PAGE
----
Nothing exemplifies patience better (in the bird world) than herons and egrets fishing. On a recent morning walk at the marsh at Wood Lake nature center, I spied these statues along the shore.
I love the mirror image of this statuesque bird. Unfortunately, I disturbed its hunting and it flew off.
If they are undisturbed by a photographer’s presence, they will stand, unmoving in a fixed stance, for minutes on end, patiently waiting for the unwary fish or invertebrate to swim by.
I was so far away from this bird that it continued its imitation of a bird statue for 10 minutes while I stood there.
An imperceptible lowering of the bird’s head must mean there is something interesting there, but another 5 minutes went by with the bird in this position with no action. I moved on.
Further along the marsh shore I spied a juvenile Green Heron repositioning itself on a branch. It assumed the statue stance… while I hid behind a tree to capture what I hope would be some fishing action.
Sure enough, within a minute of landing, the heron started into its attack stance.
Another lesson in patience — holding a pose while upside down clinging to a branch. Waiting…waiting…(me with my finger on the shutter, I mean).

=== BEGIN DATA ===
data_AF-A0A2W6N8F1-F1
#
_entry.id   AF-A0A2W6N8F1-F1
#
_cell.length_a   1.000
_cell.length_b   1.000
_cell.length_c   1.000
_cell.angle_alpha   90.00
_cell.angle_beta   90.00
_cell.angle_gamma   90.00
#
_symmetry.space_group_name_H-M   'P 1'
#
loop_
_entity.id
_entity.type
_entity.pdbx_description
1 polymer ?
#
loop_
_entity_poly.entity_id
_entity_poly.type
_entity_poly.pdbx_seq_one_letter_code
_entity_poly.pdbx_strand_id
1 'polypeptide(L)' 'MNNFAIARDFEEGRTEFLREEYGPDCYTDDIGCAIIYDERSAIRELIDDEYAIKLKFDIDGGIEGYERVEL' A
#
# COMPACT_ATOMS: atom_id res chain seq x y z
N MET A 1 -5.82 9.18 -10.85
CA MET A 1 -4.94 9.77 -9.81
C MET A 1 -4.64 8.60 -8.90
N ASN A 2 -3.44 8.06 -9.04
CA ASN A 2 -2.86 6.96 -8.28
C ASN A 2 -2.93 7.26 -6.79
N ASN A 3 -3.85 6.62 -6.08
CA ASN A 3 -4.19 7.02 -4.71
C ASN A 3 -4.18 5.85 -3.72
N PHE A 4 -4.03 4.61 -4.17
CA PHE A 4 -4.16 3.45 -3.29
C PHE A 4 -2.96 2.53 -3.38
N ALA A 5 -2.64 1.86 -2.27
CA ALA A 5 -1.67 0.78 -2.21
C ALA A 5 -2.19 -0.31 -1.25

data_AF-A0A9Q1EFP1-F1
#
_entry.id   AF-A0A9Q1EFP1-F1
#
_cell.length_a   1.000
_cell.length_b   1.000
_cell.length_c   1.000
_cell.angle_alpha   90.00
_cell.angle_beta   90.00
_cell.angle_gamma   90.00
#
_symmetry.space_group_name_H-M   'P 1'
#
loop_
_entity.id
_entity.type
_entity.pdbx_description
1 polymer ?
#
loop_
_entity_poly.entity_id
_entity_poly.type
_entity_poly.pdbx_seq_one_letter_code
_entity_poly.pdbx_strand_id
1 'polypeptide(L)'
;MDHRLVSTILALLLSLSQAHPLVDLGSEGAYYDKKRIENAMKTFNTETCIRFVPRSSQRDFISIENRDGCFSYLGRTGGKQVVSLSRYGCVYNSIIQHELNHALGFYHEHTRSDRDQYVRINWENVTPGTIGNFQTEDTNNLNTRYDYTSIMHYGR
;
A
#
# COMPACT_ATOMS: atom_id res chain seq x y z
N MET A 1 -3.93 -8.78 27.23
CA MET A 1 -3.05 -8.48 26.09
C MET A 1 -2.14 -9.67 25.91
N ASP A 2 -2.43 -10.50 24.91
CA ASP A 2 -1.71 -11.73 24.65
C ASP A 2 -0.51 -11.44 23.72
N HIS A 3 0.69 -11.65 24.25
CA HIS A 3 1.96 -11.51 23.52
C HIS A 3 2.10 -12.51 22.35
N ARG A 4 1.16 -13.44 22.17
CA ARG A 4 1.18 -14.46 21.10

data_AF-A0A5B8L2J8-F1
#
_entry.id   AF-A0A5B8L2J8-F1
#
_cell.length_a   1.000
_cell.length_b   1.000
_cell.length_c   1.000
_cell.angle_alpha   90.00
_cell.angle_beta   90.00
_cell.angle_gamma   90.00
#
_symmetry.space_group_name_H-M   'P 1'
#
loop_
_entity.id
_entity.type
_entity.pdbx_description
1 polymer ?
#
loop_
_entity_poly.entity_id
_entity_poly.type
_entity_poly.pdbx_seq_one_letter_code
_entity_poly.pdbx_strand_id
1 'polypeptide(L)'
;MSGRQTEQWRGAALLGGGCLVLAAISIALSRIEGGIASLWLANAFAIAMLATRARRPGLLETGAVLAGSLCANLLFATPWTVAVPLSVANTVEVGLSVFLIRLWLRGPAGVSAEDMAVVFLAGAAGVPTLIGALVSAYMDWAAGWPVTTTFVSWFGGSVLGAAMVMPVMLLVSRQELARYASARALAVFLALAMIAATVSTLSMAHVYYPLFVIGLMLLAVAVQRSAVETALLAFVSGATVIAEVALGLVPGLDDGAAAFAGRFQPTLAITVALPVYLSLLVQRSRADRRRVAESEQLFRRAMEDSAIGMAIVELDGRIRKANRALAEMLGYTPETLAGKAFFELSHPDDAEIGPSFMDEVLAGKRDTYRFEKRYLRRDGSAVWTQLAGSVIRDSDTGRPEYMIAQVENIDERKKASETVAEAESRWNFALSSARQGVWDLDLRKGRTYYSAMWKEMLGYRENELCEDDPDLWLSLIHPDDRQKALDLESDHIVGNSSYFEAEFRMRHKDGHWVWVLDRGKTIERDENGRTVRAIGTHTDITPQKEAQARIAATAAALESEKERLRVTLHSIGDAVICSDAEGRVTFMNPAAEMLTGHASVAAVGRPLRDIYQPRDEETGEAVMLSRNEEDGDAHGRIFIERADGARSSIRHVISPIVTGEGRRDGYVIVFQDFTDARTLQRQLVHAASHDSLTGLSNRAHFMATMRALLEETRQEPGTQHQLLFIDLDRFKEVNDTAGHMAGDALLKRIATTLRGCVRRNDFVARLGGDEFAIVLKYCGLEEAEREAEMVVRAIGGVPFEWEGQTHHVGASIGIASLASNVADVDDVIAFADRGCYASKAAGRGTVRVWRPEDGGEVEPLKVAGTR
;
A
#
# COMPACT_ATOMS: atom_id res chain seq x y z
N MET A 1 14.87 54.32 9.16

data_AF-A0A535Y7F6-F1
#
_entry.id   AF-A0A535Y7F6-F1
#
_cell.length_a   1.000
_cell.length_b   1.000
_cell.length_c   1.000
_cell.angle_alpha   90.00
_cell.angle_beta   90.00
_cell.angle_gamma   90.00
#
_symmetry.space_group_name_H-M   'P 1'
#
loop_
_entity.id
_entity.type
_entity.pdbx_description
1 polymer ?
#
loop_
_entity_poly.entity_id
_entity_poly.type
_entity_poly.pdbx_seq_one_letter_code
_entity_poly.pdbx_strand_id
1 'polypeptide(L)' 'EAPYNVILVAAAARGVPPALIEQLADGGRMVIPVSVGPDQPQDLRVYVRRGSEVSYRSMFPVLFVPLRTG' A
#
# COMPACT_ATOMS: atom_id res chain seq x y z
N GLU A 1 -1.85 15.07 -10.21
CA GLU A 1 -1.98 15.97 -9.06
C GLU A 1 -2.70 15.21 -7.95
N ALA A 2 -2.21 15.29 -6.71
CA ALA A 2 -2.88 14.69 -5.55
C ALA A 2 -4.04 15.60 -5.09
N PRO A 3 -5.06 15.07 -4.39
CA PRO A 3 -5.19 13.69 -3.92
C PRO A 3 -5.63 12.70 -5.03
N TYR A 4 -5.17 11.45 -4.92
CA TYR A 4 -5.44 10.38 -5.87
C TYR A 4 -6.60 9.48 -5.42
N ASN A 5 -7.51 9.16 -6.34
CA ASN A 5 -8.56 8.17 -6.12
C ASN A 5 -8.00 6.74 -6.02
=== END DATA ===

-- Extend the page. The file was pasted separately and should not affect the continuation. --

The strike and grab happened in a blink. To make up for my slow trigger finger, I just pressed down on the shutter and rapidly clicked off multiple shots.
It’s a tiny little fish, but every calorie taken in counts when you’re trying to put on fat to migrate.
Toss that baby back in the throat, just like you would a much bigger fish.
And now back to pose number one — the statue impression.
The patient hunter reaps a reward! Herons and Egrets have an astounding 70% average success rate (# of captures/# of strikes) in both natural and man-made aquatic environments in the southeastern U.S*. I assume it’s roughly the same up here in the northland. Great Blue Herons were by far the most successful hunters in estuary habitat, racking up a 93% success rate there. Great Egrets enjoyed their greatest success along rivers (94%). Snowy Egrets were almost equally successful in a variety of aquatic habitats (65-75% success) but were not able to match the prey catching efficiency of their larger cousins.
*data from H.D. Mincey, 2006. MS Thesis, Georgia Southern University.